Alexander-Arnold does Pep’s Liverpool team talk for him as This Means More now means even more

Will Ford
Alexander-Arnold Liverpool Man City
Trent Alexander-Arnold thinks winning the Premier League means more to Liverpool.

Trent Alexander-Arnold has handed Manchester City all the motivation they need ahead of Sunday with a This Means More diatribe that prompted Rio Ferdinand to make machine gun sounds at the Etihad.

“Shots fired!” said Rio Ferdinand on TNT Sports as Laura Woods read out Trent Alexander-Arnold’s quotes after Manchester City had cruised into the Champions League quarter-finals on Wednesday.

It was a teenage YouTuber’s response to something deserving of raised eyebrows from adult human beings, most of whom we assume weren’t making machine-gun sounds and actions in their living rooms, as Ferdinand genuinely was on the pitch at the Etihad, upon hearing that Trent Alexander-Arnold had written Pep Guardiola’s team talk for him ahead of the crunch clash at Anfield.

“It’s tough. We’re up against a machine that’s built to win – that’s the simplest way to describe City and their organisation. Looking back on this era, although they’ve won more titles than us and have probably been more successful, our trophies will mean more to us and our fanbase because of the situations at both clubs, financially. How both clubs have built their teams and the manner in which we’ve done it, probably means more to our fans.”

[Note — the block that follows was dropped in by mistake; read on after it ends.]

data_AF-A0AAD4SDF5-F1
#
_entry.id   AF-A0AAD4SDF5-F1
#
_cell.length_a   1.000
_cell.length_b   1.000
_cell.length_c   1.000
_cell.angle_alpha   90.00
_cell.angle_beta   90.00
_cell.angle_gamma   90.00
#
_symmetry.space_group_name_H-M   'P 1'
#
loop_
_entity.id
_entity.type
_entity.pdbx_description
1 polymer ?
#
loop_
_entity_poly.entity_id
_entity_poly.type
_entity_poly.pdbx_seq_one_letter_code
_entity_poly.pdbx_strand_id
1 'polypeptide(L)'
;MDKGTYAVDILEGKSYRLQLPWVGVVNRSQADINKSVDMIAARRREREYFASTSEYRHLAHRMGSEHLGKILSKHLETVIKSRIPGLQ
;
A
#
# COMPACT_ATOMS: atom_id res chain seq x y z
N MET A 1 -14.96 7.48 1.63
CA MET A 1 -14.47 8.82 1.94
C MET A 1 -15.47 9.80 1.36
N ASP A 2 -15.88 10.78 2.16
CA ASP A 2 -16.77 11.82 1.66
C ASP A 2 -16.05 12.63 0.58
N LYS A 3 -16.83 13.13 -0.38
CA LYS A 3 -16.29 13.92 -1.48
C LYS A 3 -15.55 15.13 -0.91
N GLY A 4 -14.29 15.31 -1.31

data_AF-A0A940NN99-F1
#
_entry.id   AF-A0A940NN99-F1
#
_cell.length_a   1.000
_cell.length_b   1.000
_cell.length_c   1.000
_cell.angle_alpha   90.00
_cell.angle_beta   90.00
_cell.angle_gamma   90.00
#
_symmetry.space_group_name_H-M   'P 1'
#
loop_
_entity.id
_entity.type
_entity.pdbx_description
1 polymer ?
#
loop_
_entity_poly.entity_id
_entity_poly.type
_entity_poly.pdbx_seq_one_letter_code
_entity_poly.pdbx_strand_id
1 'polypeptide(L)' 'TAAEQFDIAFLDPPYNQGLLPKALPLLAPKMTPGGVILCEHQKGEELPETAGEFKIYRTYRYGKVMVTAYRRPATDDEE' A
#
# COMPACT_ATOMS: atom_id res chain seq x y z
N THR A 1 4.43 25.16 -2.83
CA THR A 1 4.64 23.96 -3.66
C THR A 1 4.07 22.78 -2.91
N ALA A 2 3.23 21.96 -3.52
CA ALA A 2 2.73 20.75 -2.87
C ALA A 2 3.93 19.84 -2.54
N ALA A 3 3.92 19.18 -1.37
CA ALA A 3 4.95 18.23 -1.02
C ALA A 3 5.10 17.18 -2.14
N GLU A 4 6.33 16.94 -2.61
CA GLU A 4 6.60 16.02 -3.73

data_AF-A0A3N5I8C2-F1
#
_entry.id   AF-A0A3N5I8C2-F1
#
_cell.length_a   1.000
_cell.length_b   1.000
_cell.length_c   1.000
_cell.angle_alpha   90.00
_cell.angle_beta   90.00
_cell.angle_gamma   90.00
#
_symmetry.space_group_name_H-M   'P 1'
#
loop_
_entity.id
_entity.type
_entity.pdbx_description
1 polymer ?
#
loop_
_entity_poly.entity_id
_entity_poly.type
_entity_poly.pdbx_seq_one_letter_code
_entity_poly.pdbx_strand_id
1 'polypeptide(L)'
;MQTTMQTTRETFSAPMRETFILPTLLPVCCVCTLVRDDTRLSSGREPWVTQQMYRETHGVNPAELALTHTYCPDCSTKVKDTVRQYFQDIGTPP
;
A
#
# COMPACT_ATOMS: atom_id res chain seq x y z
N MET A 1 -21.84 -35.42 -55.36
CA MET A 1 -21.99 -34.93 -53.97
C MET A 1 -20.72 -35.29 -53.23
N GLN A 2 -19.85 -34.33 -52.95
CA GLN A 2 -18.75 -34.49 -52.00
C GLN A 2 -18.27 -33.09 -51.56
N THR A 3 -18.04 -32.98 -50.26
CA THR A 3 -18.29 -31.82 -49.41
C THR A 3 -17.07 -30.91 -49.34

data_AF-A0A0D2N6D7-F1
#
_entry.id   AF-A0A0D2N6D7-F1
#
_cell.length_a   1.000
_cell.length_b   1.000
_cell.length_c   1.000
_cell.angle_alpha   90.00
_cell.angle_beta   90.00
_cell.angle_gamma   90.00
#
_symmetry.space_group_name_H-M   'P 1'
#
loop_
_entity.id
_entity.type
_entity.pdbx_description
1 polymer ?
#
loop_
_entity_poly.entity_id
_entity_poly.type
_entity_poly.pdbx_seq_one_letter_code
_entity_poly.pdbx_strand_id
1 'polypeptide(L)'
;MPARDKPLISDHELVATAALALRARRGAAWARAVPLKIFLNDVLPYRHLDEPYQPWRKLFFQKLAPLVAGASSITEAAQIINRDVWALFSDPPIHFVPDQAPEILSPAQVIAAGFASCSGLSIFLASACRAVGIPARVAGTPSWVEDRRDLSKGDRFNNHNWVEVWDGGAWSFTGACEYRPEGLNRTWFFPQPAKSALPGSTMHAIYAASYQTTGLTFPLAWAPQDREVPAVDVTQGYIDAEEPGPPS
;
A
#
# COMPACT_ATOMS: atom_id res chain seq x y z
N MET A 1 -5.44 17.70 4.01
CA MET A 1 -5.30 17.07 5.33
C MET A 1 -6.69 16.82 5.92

Pin that on the away dressing-room wall on Sunday and Pep need not say a word, though he may choose to explain why Alexander-Arnold’s claims are absolute nonsense.

The supercilious ‘This Means More’ marketing b*ollocks appears to be more widespread now than ever before, with Jurgen Klopp’s imminent departure further kidding the fanbase that trophies this season will mean even more than trophies in any other campaign, which already mean more than trophies to any other set of fans by dint of their superior, deeper feelings.

Alexander-Arnold is talking specifically about the worth of gongs to Liverpool compared to Manchester City, whose players and fans he reckons somehow care less about success because of club finances. Phil Foden and his school pals from Stockport really wish they hadn’t spent £80m on a centre-back this summer, and had instead spent £85m on a striker like poor, hard-up Liverpool the year before. And anyway, Josko Gvardiol just doesn’t care like Darwin Nunez does.

Darwin Nunez celebrates his goal for Liverpool against Nottingham Forest.
Darwin Nunez celebrates his goal for Liverpool against Nottingham Forest.

He could perhaps justifiably claim that winning the Premier League would feel more special to them, but only because City have won it so many times that they may be slightly bored of it all, though that’s an attack on the professionalism of a group of players who uncared their way to a Treble last season. Unless of course they weren’t around yet like the flops signed in the summer, who probably quite fancy a trophy or three this term.

Levels of giving a damn have got nothing to do with how much money has been spent, or indeed “how both clubs have built their teams”, which – correct us if we’re wrong – has in the cases of both Manchester City and Liverpool essentially seen them buy very good footballers and put them on the pitch together.

Because before the This Means More-ites go all ‘Klopp’s Kids’ on us, for every Alexander-Arnold and Conor Bradley, there’s a Foden and a Rico Lewis, and the two clubs are separated by 0.1 in the Premier League average age ranking this season.

So maybe wind your neck in Trent, or don’t, and continue to hand psychological boosts to your Premier League rivals through your insulting, baseless claims.